Brixton Academy, London
From down in the stalls, the live performance of "Dig Your Own Hole" looks more like "Wash Your Own Pot". Poring over the banks of electronic gadgetry that enclose them, Tom Rowlands seems to be up to his arms in some high-tech kitchen sink while behind him Ed Simons rummages in imaginary cupboards. He's actually waving at us - the semaphor dance equivalent of rock's "Hello, London!" - but it still seems incongruous that from such apparently domestic tinkering come the swarms of techno, hip hop and furious bass engulfing the Academy.
Of course, endeavouring to look sexy at the controls of a musical Moulinex is a problem common to most dance acts plonked in front of their fans. If anything defines the big beat movement which the head it's a reaction against just such a sterile relationship. Sweaty pub backroom sets at the "Sunday Social" laid the foundations for the Brothers' mainstream success, the night's dressed-down boozy egalitarianism served its soundtrack courtesy of the Chemicals' relentless eclecticism.
Rather than the music itself, then, nights like the various Heavenly thrashes and Sonic Mook Experiment thrive on an atmosphere of free-for- all intimacy.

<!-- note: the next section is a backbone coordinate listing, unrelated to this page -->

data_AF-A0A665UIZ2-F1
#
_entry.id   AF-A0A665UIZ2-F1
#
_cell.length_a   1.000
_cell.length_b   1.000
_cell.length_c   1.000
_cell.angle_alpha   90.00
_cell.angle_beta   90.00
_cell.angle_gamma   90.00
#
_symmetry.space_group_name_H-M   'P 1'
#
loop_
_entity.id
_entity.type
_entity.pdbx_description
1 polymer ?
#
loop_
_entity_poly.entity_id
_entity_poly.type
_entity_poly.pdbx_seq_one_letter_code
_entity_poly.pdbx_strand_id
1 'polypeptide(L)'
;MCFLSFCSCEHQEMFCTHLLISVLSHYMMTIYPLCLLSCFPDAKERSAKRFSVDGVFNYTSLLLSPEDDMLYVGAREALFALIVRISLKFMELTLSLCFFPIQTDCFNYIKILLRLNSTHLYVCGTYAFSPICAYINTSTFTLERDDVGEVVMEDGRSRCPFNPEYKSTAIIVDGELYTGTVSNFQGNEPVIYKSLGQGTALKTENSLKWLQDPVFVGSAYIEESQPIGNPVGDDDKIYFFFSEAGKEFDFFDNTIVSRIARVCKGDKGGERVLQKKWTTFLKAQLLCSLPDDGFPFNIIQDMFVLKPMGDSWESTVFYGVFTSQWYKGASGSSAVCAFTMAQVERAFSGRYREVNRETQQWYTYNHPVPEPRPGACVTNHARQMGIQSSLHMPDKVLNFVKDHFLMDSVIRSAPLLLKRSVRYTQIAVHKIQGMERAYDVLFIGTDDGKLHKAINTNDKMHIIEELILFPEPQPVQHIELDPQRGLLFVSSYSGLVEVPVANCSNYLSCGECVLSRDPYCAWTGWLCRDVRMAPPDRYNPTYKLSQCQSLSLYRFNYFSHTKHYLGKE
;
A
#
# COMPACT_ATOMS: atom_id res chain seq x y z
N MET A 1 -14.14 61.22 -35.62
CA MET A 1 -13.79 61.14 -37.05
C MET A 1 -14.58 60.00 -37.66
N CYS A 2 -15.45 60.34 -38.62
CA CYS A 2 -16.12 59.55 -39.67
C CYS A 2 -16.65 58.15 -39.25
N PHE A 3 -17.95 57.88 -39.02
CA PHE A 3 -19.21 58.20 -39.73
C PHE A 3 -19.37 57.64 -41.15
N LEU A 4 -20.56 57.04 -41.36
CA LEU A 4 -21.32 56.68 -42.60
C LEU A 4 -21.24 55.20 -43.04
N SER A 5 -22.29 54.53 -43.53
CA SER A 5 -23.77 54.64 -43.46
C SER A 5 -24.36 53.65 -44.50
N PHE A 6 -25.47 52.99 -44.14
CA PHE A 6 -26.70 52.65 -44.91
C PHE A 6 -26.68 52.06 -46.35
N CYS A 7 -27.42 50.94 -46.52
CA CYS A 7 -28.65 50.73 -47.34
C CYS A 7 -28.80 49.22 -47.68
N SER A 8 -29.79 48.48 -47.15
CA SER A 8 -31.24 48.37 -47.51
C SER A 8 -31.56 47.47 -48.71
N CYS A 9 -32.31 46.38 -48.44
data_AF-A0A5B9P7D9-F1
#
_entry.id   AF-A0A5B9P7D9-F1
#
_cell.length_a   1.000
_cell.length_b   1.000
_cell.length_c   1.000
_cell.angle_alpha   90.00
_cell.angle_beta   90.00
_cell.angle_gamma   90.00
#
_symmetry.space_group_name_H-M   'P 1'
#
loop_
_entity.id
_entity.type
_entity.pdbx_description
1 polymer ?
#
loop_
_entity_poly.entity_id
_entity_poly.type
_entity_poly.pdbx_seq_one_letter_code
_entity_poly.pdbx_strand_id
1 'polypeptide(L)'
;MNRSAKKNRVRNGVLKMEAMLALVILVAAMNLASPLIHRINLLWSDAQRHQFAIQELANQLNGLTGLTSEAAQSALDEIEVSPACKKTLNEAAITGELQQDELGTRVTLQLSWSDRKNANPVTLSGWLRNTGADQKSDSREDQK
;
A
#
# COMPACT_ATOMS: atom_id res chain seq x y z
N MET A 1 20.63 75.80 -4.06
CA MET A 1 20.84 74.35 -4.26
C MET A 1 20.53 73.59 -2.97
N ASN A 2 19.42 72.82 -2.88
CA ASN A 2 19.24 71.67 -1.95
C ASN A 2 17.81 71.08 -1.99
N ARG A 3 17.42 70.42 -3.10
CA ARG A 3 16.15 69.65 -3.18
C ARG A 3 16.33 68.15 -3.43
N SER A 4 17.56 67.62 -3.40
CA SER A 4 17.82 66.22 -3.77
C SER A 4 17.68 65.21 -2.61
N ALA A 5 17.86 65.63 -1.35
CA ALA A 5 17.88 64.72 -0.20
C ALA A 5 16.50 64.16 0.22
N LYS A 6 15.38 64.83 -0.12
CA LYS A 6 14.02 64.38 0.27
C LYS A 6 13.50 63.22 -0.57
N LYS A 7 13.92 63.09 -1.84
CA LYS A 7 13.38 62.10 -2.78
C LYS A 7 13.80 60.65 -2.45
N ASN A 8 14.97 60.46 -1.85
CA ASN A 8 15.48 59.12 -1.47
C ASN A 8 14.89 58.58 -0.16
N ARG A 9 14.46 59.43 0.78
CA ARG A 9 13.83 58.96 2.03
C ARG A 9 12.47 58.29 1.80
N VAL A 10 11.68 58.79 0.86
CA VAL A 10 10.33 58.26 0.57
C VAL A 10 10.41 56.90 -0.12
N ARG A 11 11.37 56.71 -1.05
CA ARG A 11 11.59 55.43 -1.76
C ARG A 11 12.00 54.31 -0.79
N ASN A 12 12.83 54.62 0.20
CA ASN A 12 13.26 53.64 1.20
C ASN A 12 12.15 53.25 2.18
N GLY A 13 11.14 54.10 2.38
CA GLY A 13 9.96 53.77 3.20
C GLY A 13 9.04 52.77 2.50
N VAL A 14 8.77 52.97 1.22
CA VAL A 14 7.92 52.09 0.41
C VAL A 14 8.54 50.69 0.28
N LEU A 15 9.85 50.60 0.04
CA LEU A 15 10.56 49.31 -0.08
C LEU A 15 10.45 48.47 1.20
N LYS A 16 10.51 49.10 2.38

And it's this sense of parity you feel is missing from tonight. Even though the have obviously outgrown the student disco ethos you suspect underpins big beat's visceral appeal, the pair don't look entirely comfortable up there, more equal than the rest of us. They deliver storming expansions on their two albums as faits accomplis - and they're quite right to. Given their head live, for instance, the pared- back recorded versions of "Leave Home" and "Setting Sun" run riot and a willing crowd isn't so much invited to dance as press ganged into duty.
But Simons and Rowlands barely squint over the parapet, and what the pair gain in authority they lose in personality.
You can't really blame the Brothers for failing to read the crowd - in a venue the size of the Brixton Academy, the lowest common denominator is trampled into the carpet - but the carefully structured set occasionally wrongfoots us. Driving techno passages, for instance, suddenly dissolve into a loping hip-hop beat. A submissive audience seems more than happy to jump when required but what comes across as measured on record seems restless before so many.
On the backdrop behind the Brothers, the hyperactive geometric and psychedelic visuals resolve at one point into a film loop of a man repeatedly being kicked in the head. You know how he feels.Reuse content